TORONTO — The chief executive of SNC-Lavalin Group Inc. says he never cited the protection of 9,000 Canadian jobs as a reason it should be granted a remediation agreement to avoid a criminal trial on allegations the company paid millions of dollars in bribes to obtain government business in Libya.
In an interview with the Canadian Press, Neil Bruce said March 20 if the engineering firm is convicted and barred from bidding on federal contracts here at home its workers would end up working for the Montreal-based company’s foreign rivals.
“There would be a reduction with us but these are talented folks. They’ll get a job,” Bruce said.
“This thing that somehow they’re going to be unemployed is not true because they are highly qualified, highly experienced people.”
Bruce’s comments come as a political storm in Ottawa continues over allegations that Prime Minister Justin Trudeau, his senior staff and others improperly pressured former attorney general Jody Wilson-Raybould to end a criminal prosecution of SNC-Lavalin.
Trudeau and his staff have said their only concern was for SNC-Lavalin’s 9,000 jobs, which might be at risk if the company were convicted and then barred from bidding on federal contracts for up to 10 years.
The affair has so far cost Trudeau two cabinet ministers, his principal secretary and the country’s top public servant, although he continues to insist no one did anything wrong.
Bruce said about 75 per cent of the company’s rivals have concluded deferred prosecution agreements in their host countries and are free to work in Canada.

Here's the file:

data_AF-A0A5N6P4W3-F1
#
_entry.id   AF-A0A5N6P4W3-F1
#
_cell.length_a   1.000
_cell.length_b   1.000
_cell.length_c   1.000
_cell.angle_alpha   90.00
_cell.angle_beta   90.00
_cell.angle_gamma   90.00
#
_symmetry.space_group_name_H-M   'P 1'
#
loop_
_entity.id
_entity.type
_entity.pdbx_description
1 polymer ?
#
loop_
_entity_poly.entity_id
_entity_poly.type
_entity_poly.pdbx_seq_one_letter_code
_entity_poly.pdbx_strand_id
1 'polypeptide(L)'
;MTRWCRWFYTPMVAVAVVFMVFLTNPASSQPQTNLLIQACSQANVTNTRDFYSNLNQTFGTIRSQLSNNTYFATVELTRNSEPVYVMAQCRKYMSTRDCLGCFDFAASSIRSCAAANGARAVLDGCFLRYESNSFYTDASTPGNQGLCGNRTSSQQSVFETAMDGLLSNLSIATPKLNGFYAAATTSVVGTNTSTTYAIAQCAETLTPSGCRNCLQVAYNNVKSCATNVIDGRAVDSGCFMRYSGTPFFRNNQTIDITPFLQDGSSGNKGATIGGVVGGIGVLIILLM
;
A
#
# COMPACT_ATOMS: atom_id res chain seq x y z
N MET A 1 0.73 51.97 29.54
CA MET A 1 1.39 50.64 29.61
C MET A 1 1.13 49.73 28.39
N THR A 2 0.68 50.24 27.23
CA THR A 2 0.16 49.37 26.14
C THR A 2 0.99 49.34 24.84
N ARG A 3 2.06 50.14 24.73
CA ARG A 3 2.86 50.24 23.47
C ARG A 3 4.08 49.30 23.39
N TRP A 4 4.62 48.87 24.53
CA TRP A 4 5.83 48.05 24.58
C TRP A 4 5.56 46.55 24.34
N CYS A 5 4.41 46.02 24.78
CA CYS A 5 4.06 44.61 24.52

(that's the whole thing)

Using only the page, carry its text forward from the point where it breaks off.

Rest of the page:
Meanwhile, Bruce said he still doesn’t know why the director of the Public Prosecution Service of Canada and former attorney general Jody Wilson-Raybould were not open to granting a remediation agreement.
He said SNC-Lavalin employees feel bruised and battered by the last six weeks since a report surfaced that government officials pressured the former attorney general to grant the company a deferred prosecution agreement.
“And I think fundamentally that’s unfair on our employees who had nothing to do with what went on seven to 20 years ago.”
While he’s not surprised that politicians would make hay out of this issue during an election year, Bruce said he’s concerned that policy-makers haven’t been as willing as other countries to defend home-grown companies and their workers.
He said there’s no plans to move the company’s headquarters from Montreal, adding competitors are envious of its shareholder base that is 82 per cent Canadian and led by the Caisse de depot which has helped fund its acquisition of British engineering firm Atkins.
“We see ourselves as Team Canada. We are a global champion, one of few. There’s not many and we’re proud to be Canadian.”